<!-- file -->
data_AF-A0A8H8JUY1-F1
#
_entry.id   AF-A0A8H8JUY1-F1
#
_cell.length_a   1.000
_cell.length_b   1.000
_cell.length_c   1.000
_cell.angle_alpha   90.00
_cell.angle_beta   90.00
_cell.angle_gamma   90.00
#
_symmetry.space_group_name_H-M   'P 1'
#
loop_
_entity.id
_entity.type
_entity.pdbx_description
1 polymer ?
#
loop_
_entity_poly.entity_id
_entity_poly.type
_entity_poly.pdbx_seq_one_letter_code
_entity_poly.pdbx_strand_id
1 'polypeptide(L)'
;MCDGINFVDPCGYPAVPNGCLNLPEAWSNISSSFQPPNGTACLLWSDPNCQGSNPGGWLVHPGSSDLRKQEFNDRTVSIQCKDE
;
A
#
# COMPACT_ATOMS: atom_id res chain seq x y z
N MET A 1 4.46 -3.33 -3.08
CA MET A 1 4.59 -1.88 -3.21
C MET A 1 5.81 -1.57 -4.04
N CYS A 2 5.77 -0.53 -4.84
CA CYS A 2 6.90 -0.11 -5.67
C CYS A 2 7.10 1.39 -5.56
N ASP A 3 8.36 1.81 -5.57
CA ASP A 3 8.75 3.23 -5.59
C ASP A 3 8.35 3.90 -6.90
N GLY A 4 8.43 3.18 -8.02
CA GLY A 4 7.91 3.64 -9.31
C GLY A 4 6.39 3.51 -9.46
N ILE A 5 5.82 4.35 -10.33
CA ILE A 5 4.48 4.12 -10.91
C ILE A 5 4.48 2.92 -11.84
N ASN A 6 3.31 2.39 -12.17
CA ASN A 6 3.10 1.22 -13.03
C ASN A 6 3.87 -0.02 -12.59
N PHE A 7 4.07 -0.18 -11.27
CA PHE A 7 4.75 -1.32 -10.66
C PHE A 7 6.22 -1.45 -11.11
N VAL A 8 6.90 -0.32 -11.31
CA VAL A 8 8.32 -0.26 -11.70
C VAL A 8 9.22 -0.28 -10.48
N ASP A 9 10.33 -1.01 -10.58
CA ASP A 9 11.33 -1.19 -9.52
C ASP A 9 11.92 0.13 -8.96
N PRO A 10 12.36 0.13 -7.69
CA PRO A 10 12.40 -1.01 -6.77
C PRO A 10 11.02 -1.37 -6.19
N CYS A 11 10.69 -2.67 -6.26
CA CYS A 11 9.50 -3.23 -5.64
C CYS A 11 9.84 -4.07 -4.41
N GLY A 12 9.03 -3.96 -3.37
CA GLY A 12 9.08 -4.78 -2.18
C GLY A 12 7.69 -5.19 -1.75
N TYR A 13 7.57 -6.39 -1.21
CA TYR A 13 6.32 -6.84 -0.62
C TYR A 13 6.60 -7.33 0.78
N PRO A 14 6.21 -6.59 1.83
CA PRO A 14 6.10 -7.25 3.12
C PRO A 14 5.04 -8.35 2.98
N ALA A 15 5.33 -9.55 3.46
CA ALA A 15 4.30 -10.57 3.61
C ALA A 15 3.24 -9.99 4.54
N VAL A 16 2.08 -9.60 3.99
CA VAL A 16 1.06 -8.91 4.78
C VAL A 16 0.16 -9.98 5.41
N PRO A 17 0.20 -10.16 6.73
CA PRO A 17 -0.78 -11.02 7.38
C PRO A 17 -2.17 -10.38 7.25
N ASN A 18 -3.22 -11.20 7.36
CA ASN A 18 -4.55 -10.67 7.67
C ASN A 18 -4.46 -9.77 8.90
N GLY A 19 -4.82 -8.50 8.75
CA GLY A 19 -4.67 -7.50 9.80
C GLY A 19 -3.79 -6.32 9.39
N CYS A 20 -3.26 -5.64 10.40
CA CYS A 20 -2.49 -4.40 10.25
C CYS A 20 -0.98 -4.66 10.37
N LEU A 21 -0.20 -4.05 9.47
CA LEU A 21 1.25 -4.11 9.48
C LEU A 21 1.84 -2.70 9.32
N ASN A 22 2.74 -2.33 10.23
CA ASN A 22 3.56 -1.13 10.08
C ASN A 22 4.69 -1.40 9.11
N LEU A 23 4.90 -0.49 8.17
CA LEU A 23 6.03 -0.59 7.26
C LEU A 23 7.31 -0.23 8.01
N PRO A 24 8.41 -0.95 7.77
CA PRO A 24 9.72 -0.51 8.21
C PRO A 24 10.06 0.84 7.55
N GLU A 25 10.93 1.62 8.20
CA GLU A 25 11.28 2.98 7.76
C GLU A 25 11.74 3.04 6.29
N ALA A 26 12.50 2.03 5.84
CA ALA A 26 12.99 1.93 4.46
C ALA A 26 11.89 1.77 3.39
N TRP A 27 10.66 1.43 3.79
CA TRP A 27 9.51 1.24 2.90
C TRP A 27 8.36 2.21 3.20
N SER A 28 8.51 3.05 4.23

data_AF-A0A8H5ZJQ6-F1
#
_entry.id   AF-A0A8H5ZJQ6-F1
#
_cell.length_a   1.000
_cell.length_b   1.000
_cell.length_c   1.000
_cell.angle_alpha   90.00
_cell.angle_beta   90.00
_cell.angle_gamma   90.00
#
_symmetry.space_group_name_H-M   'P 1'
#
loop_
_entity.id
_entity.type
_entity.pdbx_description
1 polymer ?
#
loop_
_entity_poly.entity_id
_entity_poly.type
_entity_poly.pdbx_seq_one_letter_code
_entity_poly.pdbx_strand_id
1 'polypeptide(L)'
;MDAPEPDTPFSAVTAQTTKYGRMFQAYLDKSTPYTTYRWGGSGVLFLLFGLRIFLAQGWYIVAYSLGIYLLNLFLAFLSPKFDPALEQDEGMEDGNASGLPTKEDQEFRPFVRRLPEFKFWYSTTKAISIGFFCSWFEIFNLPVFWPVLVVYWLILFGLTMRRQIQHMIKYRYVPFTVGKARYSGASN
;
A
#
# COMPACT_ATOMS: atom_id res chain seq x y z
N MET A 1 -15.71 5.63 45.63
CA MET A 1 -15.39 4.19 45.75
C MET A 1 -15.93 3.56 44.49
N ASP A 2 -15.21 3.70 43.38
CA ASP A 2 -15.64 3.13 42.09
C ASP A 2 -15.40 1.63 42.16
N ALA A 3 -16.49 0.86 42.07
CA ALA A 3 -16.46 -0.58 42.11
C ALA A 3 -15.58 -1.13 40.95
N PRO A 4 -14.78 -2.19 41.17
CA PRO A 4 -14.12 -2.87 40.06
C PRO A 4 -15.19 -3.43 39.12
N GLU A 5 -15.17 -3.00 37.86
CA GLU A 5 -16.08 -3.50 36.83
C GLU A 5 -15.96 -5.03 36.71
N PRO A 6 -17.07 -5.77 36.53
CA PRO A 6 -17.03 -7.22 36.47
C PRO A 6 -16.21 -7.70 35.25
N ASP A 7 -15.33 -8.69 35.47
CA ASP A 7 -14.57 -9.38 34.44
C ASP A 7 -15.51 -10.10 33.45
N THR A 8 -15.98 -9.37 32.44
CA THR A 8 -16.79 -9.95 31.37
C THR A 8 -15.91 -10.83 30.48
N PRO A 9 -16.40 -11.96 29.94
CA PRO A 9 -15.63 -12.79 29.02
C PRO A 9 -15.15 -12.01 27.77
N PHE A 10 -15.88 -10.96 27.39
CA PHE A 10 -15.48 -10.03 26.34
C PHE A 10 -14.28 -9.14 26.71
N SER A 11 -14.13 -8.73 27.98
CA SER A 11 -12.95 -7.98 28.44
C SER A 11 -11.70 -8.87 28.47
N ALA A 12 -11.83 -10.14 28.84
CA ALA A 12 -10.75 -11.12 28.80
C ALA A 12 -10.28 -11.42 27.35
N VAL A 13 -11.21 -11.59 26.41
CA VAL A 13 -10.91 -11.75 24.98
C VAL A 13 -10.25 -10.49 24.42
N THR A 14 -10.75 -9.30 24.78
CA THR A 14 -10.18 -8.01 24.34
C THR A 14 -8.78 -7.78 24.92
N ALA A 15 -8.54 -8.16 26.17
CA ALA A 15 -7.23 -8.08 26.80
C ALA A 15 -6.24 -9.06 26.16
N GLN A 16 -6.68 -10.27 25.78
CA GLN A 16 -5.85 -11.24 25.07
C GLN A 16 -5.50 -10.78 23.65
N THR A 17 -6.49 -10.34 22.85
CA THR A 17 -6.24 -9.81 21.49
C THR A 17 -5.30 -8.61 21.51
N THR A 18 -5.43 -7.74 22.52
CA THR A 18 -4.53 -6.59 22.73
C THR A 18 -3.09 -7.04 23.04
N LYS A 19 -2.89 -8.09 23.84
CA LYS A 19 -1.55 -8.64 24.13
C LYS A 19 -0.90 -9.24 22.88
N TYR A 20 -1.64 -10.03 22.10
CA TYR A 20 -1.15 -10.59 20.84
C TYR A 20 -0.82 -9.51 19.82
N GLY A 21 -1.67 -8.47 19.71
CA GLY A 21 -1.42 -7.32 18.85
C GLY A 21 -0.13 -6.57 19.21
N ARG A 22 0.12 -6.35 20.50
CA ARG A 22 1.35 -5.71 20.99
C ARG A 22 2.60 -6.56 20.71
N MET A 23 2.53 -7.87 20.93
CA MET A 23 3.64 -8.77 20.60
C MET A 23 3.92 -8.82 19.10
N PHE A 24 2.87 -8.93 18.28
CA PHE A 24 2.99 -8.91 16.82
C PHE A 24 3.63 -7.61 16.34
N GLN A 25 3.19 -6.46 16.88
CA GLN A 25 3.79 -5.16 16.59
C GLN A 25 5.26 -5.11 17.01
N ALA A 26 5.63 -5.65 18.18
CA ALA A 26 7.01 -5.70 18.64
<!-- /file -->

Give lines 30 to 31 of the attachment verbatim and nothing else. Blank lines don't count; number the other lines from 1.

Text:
# COMPACT_ATOMS: atom_id res chain seq x y z
N MET A 1 4.46 -3.33 -3.08